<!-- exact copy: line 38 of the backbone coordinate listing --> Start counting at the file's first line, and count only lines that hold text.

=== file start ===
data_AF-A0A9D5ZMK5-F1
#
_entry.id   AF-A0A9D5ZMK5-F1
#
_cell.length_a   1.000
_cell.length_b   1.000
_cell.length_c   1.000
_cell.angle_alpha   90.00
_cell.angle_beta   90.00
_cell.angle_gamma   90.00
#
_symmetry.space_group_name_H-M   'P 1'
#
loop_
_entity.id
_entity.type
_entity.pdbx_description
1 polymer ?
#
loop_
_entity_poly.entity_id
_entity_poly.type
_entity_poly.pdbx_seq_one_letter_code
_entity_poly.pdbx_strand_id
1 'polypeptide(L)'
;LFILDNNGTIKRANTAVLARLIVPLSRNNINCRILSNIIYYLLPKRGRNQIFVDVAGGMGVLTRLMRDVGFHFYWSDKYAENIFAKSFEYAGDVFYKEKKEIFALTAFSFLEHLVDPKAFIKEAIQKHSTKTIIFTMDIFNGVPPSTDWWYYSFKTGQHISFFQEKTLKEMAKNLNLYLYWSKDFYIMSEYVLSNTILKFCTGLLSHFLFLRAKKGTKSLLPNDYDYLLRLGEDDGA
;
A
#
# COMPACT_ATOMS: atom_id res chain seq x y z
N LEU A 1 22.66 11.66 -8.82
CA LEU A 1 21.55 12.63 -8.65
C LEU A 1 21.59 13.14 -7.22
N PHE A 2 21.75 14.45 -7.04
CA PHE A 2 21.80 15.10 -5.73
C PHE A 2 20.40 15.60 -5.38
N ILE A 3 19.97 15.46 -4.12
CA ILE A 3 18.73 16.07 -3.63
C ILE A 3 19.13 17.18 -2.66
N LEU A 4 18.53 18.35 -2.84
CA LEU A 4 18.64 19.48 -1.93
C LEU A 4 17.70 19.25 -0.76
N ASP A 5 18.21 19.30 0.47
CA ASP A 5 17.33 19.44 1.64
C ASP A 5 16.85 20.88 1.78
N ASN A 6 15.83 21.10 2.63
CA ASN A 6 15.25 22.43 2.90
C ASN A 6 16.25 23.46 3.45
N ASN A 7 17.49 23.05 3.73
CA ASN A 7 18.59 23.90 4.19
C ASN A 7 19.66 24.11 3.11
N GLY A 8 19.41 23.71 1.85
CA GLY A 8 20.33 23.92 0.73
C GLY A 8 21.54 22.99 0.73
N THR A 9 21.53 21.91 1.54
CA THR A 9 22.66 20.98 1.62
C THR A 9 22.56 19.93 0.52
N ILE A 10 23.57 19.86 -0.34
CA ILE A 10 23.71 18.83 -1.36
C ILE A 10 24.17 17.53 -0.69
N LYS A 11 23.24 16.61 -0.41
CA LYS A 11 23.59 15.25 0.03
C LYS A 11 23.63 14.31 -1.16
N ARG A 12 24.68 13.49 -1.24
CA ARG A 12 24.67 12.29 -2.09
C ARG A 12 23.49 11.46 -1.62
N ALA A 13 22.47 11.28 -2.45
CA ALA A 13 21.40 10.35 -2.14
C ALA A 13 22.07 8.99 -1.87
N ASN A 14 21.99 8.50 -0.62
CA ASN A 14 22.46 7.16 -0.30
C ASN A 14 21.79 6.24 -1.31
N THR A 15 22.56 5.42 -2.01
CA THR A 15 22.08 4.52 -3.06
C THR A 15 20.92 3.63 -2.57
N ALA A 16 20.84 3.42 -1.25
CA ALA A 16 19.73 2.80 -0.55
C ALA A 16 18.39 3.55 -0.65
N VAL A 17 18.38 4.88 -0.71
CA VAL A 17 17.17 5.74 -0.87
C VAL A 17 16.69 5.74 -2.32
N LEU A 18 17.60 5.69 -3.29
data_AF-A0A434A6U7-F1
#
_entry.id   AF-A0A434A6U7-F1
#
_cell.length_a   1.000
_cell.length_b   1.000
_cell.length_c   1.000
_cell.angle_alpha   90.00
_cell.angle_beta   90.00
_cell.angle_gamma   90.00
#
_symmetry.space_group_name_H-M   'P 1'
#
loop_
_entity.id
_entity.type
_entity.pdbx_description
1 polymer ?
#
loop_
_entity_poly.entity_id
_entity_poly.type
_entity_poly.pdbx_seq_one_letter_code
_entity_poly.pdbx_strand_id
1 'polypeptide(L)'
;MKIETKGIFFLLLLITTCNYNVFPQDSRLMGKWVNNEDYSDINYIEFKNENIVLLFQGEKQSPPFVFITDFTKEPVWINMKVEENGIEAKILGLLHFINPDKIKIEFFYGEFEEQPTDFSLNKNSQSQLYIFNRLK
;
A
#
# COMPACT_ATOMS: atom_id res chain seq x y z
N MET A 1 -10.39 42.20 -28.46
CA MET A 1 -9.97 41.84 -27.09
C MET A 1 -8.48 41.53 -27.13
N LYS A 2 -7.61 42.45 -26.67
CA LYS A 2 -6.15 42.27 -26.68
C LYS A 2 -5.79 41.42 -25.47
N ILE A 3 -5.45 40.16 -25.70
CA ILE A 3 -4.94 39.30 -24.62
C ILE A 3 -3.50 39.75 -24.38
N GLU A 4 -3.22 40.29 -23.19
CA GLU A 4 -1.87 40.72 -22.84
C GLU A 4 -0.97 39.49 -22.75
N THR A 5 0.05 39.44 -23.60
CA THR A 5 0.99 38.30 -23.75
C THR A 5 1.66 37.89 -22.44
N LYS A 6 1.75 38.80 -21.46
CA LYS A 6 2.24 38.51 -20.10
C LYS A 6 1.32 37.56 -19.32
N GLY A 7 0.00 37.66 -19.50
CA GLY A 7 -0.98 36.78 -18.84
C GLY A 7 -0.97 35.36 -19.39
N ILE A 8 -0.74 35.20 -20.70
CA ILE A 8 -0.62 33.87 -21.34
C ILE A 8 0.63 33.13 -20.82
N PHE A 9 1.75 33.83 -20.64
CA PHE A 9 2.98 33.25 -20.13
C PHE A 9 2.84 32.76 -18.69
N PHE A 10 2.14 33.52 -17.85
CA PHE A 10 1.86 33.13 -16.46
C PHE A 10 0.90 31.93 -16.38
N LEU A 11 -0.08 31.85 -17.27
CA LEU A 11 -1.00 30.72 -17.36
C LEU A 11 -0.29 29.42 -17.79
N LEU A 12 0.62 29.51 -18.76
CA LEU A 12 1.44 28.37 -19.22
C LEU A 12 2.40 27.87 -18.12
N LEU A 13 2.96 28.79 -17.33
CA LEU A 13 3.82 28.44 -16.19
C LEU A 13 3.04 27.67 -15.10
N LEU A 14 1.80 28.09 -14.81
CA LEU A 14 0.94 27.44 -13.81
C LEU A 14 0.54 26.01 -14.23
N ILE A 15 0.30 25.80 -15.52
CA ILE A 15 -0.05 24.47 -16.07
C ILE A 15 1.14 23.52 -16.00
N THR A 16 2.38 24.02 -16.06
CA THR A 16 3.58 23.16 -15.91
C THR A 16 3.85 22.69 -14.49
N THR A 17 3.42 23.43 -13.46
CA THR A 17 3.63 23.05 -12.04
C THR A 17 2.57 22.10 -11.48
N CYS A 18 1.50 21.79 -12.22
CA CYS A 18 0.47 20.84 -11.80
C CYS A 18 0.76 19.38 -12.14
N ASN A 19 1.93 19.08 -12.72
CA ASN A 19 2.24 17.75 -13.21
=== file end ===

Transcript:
CA ILE A 3 18.73 16.07 -3.63